About halfway through their set, occasional collaborator Leland Whitty came out to join them on saxophone, as they went through even more original instrumental tracks. The crowd got really involved, clapping along to the beat for some songs during the 45-minute set. After BBNG’s awesome blend of Jazz, Hip-Hop and Rock, Leland switched from saxophone to guitar, and they stayed on stage to get right into the next part of the show: their collaboration with Ghostface Killah.
Ghostface Killah, accompanied by Killah Priest, walked on stage epically as BBNG played the instrumental from Wu-Tang Clan’s “I Can’t Go To Sleep“. After a quick greeting, they got right into a medley of Ghost’s solo hits including “Run”, “Daytona 500” and “Nutmeg” to start. Ghost showed off his vicious flow on these tracks while Killah Priest performed hypeman duties. It was really special hearing BADBADNOTGOOD play live versions of these classic instrumentals, as Ghost and Killah Priest sang along to “Irons Theme Intermission” before doing some more Supreme Clientele hits like “One” and “We Made It”.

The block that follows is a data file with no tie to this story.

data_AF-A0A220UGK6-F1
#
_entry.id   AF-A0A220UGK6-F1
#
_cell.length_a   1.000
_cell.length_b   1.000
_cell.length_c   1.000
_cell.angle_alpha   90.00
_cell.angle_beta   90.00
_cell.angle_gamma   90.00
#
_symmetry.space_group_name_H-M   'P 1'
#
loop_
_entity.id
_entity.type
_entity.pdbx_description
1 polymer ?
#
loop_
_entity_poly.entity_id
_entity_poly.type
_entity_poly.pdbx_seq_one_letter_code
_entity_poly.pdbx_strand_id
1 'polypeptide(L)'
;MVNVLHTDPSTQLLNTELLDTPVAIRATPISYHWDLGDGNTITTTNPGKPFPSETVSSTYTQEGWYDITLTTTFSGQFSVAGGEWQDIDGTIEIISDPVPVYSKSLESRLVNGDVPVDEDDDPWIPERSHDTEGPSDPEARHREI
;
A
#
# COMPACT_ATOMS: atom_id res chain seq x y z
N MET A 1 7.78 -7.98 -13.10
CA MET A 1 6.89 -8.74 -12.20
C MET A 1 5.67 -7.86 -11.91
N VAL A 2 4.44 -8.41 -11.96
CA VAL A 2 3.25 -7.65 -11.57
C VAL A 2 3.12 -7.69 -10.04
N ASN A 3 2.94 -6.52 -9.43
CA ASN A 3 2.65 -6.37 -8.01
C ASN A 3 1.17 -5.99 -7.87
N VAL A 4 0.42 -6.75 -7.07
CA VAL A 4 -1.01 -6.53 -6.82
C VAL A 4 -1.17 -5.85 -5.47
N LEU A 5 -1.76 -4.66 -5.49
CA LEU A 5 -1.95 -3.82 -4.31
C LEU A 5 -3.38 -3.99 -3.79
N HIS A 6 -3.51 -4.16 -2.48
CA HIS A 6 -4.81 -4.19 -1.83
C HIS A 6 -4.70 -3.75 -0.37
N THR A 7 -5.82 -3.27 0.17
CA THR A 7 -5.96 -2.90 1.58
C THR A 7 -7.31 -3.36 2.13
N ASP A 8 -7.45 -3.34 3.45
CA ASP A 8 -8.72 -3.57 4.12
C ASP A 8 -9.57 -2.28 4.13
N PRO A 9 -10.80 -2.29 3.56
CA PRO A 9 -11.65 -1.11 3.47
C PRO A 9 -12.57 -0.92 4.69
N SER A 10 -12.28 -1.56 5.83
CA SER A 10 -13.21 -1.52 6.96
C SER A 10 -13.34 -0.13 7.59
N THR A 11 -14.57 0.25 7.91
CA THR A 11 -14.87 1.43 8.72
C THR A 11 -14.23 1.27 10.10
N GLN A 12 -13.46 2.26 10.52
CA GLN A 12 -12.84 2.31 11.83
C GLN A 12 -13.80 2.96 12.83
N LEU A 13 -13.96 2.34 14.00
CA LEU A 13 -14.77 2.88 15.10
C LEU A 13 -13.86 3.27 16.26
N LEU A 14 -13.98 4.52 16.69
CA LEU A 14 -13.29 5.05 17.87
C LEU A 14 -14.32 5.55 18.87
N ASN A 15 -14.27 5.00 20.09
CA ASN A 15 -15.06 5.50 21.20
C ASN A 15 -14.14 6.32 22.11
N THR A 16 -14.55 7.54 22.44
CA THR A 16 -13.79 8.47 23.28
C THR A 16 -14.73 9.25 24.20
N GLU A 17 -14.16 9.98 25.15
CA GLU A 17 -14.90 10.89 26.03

The band would take short breaks between segments of songs, and Ghost would use the time to talk to the crowd. He told us how he felt he was just beginning the second half of his career, comparing it to hitting and breaking through “the wall” in a marathon. Next, BBNG played an amazing live version of “4th Chamber” that Ghost and Killah Priest both rapped their verses to. While they didn’t do any of the new songs off Sour Soul, they did play the instrumental from “Ray Gun” which Killah Priest spit a freestyle to. After this, they did a cool segment where they performed the first verse of “Mighty Healthy” and transitioned smoothly into Kanye West’s “New God Flow”, where Ghost performed his verse to the epic keyboard.
Ghost was so impressed by BADBADNOTGOOD’s live interpretation of classic rap beats that he got them to perform Nas’ “The World Is Yours”, and he rapped the first verse of the song. They kept it in 1993 with a medley of Wu-Tang Clan hits including “Tearz” and “Can It Be All So Simple”, where Ghost performed RZA and Raekwon’s verses respectively. They even did The Isley Brothers’ “Footsteps In The Dark” (which is famously sampled in Ice Cube’s “It Was A Good Day”) and Ghost rapped his verse from “Wisdom Body” over it. Ghost then got into a speech comparing Michael Jackson’s popularity to Jesus, and how he was in Australia when he heard of Michael’s death, before BBNG played a great cover of The Jackson 5’s “I Want You Back”.